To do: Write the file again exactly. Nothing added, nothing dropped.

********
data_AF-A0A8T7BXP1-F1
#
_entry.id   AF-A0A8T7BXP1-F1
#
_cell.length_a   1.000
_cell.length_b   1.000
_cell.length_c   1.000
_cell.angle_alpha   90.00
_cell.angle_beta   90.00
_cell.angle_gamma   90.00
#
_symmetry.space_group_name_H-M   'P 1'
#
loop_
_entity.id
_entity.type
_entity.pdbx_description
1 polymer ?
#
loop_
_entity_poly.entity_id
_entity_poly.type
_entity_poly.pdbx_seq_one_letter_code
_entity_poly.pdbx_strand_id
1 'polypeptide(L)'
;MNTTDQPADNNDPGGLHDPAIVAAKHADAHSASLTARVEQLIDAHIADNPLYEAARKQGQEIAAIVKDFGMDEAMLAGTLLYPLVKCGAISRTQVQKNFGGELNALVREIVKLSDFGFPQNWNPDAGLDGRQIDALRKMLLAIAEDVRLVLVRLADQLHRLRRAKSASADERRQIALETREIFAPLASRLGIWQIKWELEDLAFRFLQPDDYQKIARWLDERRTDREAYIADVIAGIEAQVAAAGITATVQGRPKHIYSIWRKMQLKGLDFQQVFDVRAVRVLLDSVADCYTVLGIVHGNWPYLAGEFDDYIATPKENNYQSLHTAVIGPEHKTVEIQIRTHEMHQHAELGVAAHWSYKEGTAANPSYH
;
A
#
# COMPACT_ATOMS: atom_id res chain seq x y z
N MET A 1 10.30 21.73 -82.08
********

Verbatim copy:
data_AF-A0A8T7BXP1-F1
#
_entry.id   AF-A0A8T7BXP1-F1
#
_cell.length_a   1.000
_cell.length_b   1.000
_cell.length_c   1.000
_cell.angle_alpha   90.00
_cell.angle_beta   90.00
_cell.angle_gamma   90.00
#
_symmetry.space_group_name_H-M   'P 1'
#
loop_
_entity.id
_entity.type
_entity.pdbx_description
1 polymer ?
#
loop_
_entity_poly.entity_id
_entity_poly.type
_entity_poly.pdbx_seq_one_letter_code
_entity_poly.pdbx_strand_id
1 'polypeptide(L)'
;MNTTDQPADNNDPGGLHDPAIVAAKHADAHSASLTARVEQLIDAHIADNPLYEAARKQGQEIAAIVKDFGMDEAMLAGTLLYPLVKCGAISRTQVQKNFGGELNALVREIVKLSDFGFPQNWNPDAGLDGRQIDALRKMLLAIAEDVRLVLVRLADQLHRLRRAKSASADERRQIALETREIFAPLASRLGIWQIKWELEDLAFRFLQPDDYQKIARWLDERRTDREAYIADVIAGIEAQVAAAGITATVQGRPKHIYSIWRKMQLKGLDFQQVFDVRAVRVLLDSVADCYTVLGIVHGNWPYLAGEFDDYIATPKENNYQSLHTAVIGPEHKTVEIQIRTHEMHQHAELGVAAHWSYKEGTAANPSYH
;
A
#
# COMPACT_ATOMS: atom_id res chain seq x y z
N MET A 1 10.30 21.73 -82.08